The Kerala Stream Toad, also known as Blaira rubigina, is a small amphibian species that is native to the Western Ghats in India. This toad is a unique species, with interesting features that distinguish it from other toads in the region. Although the Kerala Stream Toad has a limited range, it plays an important role in its ecosystem and is an important species to conserve.
|Kerala Stream Toad
|Dark brown with white spots and patches
|Shallow streams and rocky pools
|Indian states where its found
The Kerala Stream Toad is a small toad species, with males reaching a maximum length of 3.6 cm and females reaching 4.2 cm. The toad has a distinct red coloration on its belly, while the dorsal side is brown with irregular white spots. The skin on the back is covered in small warts, giving the toad a rough appearance. The toad also has webbed toes, which are well-suited for its aquatic lifestyle.
Habitat and Food
The Kerala Stream Toad is found in the streams and small water bodies of the Western Ghats, primarily in the state of Kerala. The toad is mainly active during the monsoon season, when the streams are flowing and breeding activity takes place. The toads are known to feed on small invertebrates, such as insects and snails.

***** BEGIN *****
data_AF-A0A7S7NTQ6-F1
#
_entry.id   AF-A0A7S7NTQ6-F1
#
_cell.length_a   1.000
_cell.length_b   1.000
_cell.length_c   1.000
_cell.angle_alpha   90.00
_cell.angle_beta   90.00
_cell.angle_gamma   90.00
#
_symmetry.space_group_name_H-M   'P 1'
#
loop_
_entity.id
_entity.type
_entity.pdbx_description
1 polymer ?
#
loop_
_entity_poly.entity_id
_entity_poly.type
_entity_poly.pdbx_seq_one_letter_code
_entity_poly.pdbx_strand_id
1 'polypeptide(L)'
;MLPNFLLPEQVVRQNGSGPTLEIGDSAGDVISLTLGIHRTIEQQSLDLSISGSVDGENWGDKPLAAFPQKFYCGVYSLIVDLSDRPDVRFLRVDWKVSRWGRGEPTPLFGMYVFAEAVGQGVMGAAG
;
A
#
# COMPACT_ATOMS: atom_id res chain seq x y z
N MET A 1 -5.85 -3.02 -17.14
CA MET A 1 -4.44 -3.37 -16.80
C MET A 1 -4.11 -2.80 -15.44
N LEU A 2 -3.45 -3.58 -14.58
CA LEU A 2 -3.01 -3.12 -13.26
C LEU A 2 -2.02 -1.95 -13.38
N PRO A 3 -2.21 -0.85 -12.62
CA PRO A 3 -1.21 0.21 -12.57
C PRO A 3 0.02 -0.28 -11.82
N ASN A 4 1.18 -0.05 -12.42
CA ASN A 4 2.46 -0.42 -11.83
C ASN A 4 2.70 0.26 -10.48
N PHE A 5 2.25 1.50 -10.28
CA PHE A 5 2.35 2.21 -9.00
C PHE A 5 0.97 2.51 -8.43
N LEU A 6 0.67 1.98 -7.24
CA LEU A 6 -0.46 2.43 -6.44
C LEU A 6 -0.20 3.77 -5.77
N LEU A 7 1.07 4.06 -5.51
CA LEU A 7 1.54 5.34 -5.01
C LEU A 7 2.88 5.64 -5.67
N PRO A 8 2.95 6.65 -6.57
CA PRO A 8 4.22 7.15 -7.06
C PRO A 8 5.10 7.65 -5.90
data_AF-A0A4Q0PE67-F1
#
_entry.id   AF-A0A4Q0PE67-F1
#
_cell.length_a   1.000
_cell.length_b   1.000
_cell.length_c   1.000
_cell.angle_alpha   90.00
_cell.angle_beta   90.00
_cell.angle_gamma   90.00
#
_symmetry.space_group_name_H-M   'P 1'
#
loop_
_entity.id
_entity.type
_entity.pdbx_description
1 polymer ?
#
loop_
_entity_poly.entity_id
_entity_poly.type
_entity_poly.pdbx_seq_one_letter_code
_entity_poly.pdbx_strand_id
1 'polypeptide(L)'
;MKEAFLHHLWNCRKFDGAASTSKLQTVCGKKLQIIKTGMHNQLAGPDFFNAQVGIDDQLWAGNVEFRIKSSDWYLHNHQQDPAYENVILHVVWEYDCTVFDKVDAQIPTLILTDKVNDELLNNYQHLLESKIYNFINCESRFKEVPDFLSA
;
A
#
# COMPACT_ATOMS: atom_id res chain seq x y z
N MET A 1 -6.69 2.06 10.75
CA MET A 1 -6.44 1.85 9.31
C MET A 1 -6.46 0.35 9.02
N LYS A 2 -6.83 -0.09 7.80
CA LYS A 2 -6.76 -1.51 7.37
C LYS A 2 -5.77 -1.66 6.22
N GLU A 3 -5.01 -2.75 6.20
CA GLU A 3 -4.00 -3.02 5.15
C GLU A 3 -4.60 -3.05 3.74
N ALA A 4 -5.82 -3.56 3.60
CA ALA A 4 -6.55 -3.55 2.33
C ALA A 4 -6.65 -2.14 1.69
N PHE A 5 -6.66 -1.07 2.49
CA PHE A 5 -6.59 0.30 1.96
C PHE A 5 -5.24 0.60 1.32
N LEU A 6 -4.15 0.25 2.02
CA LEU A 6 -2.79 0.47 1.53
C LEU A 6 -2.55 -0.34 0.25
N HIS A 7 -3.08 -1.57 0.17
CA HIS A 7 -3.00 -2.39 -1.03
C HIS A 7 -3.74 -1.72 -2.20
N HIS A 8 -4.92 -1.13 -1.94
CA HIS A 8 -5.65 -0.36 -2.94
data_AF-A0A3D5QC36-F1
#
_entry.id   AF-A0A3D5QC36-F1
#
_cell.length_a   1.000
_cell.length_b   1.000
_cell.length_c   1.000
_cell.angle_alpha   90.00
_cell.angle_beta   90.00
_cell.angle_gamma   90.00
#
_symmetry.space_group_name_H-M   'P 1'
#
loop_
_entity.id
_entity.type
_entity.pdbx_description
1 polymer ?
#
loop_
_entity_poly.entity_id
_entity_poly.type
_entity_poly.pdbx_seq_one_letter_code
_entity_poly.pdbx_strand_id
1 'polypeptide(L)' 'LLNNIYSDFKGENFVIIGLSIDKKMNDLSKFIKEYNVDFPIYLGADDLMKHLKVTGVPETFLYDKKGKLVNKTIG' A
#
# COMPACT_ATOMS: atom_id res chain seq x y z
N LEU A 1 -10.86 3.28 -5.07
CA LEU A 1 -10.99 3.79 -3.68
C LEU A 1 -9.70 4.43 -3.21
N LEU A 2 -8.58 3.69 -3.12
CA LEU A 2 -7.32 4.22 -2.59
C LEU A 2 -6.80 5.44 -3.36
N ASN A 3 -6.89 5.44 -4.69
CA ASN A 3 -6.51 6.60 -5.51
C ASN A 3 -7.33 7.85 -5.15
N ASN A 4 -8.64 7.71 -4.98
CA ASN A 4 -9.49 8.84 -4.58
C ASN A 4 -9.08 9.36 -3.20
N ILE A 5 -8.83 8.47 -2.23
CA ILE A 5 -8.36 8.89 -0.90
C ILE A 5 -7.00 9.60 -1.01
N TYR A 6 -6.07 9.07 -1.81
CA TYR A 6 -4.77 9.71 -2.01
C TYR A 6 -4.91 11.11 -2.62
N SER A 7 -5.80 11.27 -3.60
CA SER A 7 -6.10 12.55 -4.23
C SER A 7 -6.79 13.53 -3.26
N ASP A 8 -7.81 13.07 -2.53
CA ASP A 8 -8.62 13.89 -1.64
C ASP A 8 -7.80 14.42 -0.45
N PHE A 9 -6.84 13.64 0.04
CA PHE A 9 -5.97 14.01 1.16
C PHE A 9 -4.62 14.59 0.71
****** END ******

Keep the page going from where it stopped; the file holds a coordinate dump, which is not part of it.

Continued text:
Where is it found in India
The Kerala Stream Toad is endemic to the Western Ghats region of India, and is primarily found in the state of Kerala. The species is known to inhabit small streams and waterfalls in the region, and has a limited distribution range.
Importance to Ecosystem
The Kerala Stream Toad plays an important role in the ecosystem of the Western Ghats. As a predator of small invertebrates, the toad helps to regulate populations of insects and snails in the streams and water bodies where it lives. Additionally, the toad is an indicator species, which means that its presence or absence can be used to monitor the health of the ecosystem. The Kerala Stream Toad is also an important cultural and religious symbol in the region, and is featured in local folklore and traditions.
The Kerala Stream Toad is currently classified as “Critically Endangered” by the International Union for Conservation of Nature (IUCN). The toad faces a number of threats, including habitat loss, pollution, and climate change. The toad’s limited distribution range also makes it particularly vulnerable to extinction. Conservation efforts are underway to protect the toad and its habitat, including the creation of protected areas and the implementation of conservation programs.